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'I Have to Switch My Brain to Do Normal School Again': One Family on School Reopening

Courtesy of Melinda Shofner

As of this week, nearly all schools in New Hampshire have fully reopened. Until now, it’s been a patchwork of different reopening plans, depending on the district. And for the Scopel Shofner family, in Barrington, it’s been a complicated year: the parents work at two different high schools, while their two kids go to other schools — each with a different approach to the pandemic. I checked in with that family via Zoom last night.

Melinda Shofner is a college counselor at Winnacunnet High School in Hampton, where they were remote in the fall, and fully in person for the last month.

Her daughter, Maia, is just starting full-time at Oyster River High School this week, after being in remote and hybrid models since the pandemic began.

“I just have to switch my brain to do normal school again, because I haven’t done it in a year,” she says.

"I get angry because I feel like when it was working, we didn't pivot."

Maia’s brother, Max, goes to Barrington Middle School, which has been fully open since August.

“We’ve been totally in school with masks on and everything — which now I forget we’re even wearing one because I’m so used to it by now,” he says.

The dad, Darren Scopel, is a high school science teacher in Rochester, which has also been fully open much of the year. And the differences in every school’s pandemic approach has been the topic of conversation, at dinner.

“And before dinner, and after dinner and on the phone,” Darren laughs. “So there was a lot — we’re dealing with different parts of it, four different schools.”

Darren says he understands that every school has unique hurdles — some have bad ventilation, others don’t have enough room for social distancing. But Melinda wishes they’d all been able to reopen months ago, as more research was showing that with proper safety measures, schools could keep transmission of COVID-19 low.

“I get angry,” she says. “I get angry because I feel like when it was working, we didn’t pivot. There was no — ‘Hey, there’s more information now. The data is coming in and it’s showing that schools can do this.’ And the importance of getting students back into school for wellness, mental health and education — all of those things, and there was just no change for months. And I’m still frustrated. We can’t get that time back.”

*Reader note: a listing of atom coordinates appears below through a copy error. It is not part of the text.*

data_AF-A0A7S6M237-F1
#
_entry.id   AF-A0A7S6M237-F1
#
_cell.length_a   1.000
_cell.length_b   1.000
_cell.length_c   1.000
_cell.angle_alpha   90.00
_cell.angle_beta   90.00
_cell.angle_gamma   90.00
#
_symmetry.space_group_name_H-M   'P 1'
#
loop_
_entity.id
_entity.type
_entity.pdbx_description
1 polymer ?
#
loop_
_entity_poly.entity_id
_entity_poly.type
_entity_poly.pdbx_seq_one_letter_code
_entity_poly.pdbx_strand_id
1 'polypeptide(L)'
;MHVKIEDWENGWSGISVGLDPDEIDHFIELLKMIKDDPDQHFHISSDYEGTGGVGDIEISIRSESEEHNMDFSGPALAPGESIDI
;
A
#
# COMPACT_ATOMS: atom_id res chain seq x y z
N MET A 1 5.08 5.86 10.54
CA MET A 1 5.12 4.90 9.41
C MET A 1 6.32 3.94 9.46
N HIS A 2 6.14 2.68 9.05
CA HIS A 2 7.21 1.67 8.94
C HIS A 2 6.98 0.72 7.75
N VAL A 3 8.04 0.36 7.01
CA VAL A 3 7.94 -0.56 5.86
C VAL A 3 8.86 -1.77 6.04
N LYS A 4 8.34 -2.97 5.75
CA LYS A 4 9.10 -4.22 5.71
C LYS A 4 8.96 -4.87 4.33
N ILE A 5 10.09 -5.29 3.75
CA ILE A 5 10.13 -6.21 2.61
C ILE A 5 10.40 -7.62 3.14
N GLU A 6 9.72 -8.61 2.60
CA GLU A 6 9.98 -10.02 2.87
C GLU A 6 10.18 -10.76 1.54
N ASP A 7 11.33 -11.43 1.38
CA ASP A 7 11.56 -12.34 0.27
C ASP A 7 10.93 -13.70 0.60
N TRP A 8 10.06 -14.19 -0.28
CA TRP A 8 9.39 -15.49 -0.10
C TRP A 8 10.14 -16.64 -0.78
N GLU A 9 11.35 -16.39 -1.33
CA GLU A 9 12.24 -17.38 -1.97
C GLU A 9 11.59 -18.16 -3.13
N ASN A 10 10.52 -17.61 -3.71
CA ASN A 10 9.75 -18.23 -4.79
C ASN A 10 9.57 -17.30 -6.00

I’ve heard this from other families — even as schools reopen, there’s frustration over how some students got a semi-normal year, while others missed out. Maia is thrilled to be back in school but says she picked up some bad habits when she was doing school at home alone, feeling overwhelmed and lonely.

Credit Sara Plourde / NHPR
NHPR's COVID & The Classroom is a reporting project looking at the effects of the pandemic on New Hampshire's students, parents, teachers, and schools. 

“The biggest difference in going into school is that I’d be 10 minutes into class and I would want to pick up my phone or I’d want to draw something or do something else because my attention span has gotten so ruined being at home,” she says.

“And, I mean think TikTok is also …” Maia pauses and looks at her dad, who is laughing. “But that’s a big platform that everyone’s using, it’s not like an unknown thing!”

Some of Maia’s friends are choosing to stay remote for the rest of the year. Melinda and Darren also have students who have opted for remote learning. Darren thinks most of them would learn more in his classroom.

“But there are a few kids that excel and I have had probably two or three percent of my kids who when I had in person, not doing well. But when they went remote, they did better,” he says.

Melinda, the college counselor, worries about how strange life is for her students in the class of 2021, especially those planning for college.

“The class of 2020 got a lot of attention for losing kind of the end of their senior year. But these seniors this year — they didn't get the college visits, they didn't get the summer before, then the application season they were very disconnected,” she says. “And even now they’re getting onto campuses sometimes for the first time just when they’re about to make decisions.”

As for Maia, a junior, she’s excited for what she calls “the little things” — seeing her friends, connecting with teachers, and relearning how to be in school.

This story is part of NHPR's COVID & The Classroom reporting project.

Sarah Gibson joined NHPR's newsroom in 2018. She reports on education and demographics.

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